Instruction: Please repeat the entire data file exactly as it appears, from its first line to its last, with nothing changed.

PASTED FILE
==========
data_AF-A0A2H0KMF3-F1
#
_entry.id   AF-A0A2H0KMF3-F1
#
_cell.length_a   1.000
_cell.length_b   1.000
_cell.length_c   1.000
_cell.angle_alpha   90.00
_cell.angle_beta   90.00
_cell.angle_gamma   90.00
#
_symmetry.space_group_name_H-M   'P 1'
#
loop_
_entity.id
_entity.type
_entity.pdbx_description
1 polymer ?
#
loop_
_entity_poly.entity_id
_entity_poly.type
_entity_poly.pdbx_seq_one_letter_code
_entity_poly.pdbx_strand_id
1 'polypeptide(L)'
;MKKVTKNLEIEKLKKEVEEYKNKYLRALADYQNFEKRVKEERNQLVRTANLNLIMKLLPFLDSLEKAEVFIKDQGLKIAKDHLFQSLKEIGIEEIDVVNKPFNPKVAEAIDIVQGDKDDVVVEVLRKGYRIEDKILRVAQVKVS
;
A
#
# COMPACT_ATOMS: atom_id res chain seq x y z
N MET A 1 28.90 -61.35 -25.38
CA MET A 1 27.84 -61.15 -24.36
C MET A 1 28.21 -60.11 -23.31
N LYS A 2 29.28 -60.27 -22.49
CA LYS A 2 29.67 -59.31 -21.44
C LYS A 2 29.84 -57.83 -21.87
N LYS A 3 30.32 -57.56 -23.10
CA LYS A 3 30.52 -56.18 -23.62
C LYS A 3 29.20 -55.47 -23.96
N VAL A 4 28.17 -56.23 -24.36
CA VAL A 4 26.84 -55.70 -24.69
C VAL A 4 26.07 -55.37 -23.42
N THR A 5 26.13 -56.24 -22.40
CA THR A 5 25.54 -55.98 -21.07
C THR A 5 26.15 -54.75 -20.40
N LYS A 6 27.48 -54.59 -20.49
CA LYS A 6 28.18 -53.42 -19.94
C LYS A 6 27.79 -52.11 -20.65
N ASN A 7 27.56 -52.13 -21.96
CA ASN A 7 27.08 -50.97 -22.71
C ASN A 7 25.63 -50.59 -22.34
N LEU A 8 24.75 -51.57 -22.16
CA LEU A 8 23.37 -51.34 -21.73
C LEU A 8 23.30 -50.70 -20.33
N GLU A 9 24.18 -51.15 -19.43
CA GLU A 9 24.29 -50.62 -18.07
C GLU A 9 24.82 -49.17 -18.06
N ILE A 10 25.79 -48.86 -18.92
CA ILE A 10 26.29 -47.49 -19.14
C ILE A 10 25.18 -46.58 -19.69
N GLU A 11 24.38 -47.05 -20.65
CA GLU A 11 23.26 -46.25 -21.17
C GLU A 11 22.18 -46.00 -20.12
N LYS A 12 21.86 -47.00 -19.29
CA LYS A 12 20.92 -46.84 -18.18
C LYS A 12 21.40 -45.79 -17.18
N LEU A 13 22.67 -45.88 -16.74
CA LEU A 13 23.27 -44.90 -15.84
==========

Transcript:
data_AF-A0A2H0KMF3-F1
#
_entry.id   AF-A0A2H0KMF3-F1
#
_cell.length_a   1.000
_cell.length_b   1.000
_cell.length_c   1.000
_cell.angle_alpha   90.00
_cell.angle_beta   90.00
_cell.angle_gamma   90.00
#
_symmetry.space_group_name_H-M   'P 1'
#
loop_
_entity.id
_entity.type
_entity.pdbx_description
1 polymer ?
#
loop_
_entity_poly.entity_id
_entity_poly.type
_entity_poly.pdbx_seq_one_letter_code
_entity_poly.pdbx_strand_id
1 'polypeptide(L)'
;MKKVTKNLEIEKLKKEVEEYKNKYLRALADYQNFEKRVKEERNQLVRTANLNLIMKLLPFLDSLEKAEVFIKDQGLKIAKDHLFQSLKEIGIEEIDVVNKPFNPKVAEAIDIVQGDKDDVVVEVLRKGYRIEDKILRVAQVKVS
;
A
#
# COMPACT_ATOMS: atom_id res chain seq x y z
N MET A 1 28.90 -61.35 -25.38
CA MET A 1 27.84 -61.15 -24.36
C MET A 1 28.21 -60.11 -23.31
N LYS A 2 29.28 -60.27 -22.49
CA LYS A 2 29.67 -59.31 -21.44
C LYS A 2 29.84 -57.83 -21.87
N LYS A 3 30.32 -57.56 -23.10
CA LYS A 3 30.52 -56.18 -23.62
C LYS A 3 29.20 -55.47 -23.96
N VAL A 4 28.17 -56.23 -24.36
CA VAL A 4 26.84 -55.70 -24.69
C VAL A 4 26.07 -55.37 -23.42
N THR A 5 26.13 -56.24 -22.40
CA THR A 5 25.54 -55.98 -21.07
C THR A 5 26.15 -54.75 -20.40
N LYS A 6 27.48 -54.59 -20.49
CA LYS A 6 28.18 -53.42 -19.94
C LYS A 6 27.79 -52.11 -20.65
N ASN A 7 27.56 -52.13 -21.96
CA ASN A 7 27.08 -50.97 -22.71
C ASN A 7 25.63 -50.59 -22.34
N LEU A 8 24.75 -51.57 -22.16
CA LEU A 8 23.37 -51.34 -21.73
C LEU A 8 23.30 -50.70 -20.33
N GLU A 9 24.18 -51.15 -19.43
CA GLU A 9 24.29 -50.62 -18.07
C GLU A 9 24.82 -49.17 -18.06
N ILE A 10 25.79 -48.86 -18.92
CA ILE A 10 26.29 -47.49 -19.14
C ILE A 10 25.18 -46.58 -19.69
N GLU A 11 24.38 -47.05 -20.65
CA GLU A 11 23.26 -46.25 -21.17
C GLU A 11 22.18 -46.00 -20.12
N LYS A 12 21.86 -47.00 -19.29
CA LYS A 12 20.92 -46.84 -18.18
C LYS A 12 21.40 -45.79 -17.18
N LEU A 13 22.67 -45.88 -16.74
CA LEU A 13 23.27 -44.90 -15.84